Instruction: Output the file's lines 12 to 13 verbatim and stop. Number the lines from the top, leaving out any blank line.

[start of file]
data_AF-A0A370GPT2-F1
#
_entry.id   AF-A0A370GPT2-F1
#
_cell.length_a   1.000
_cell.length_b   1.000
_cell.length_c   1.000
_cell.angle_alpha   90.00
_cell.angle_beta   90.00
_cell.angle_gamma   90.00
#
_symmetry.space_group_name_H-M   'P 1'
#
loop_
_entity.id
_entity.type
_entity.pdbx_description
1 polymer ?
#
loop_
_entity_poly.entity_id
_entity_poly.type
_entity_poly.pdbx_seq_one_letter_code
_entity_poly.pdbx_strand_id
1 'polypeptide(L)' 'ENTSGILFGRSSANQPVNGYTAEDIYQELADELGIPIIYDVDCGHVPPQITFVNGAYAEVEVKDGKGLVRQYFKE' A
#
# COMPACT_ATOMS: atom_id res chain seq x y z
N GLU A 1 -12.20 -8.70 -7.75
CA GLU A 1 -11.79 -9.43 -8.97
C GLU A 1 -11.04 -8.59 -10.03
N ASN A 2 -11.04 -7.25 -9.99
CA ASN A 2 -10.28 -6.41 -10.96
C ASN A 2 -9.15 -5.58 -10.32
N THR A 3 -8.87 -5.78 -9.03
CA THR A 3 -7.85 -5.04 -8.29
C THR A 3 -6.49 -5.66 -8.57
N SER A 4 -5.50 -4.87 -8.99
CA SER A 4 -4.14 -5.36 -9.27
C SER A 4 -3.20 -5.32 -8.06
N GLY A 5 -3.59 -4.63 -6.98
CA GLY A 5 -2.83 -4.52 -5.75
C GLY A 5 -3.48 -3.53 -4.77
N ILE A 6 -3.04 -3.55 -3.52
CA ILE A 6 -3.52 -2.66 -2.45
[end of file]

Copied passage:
_symmetry.space_group_name_H-M   'P 1'
#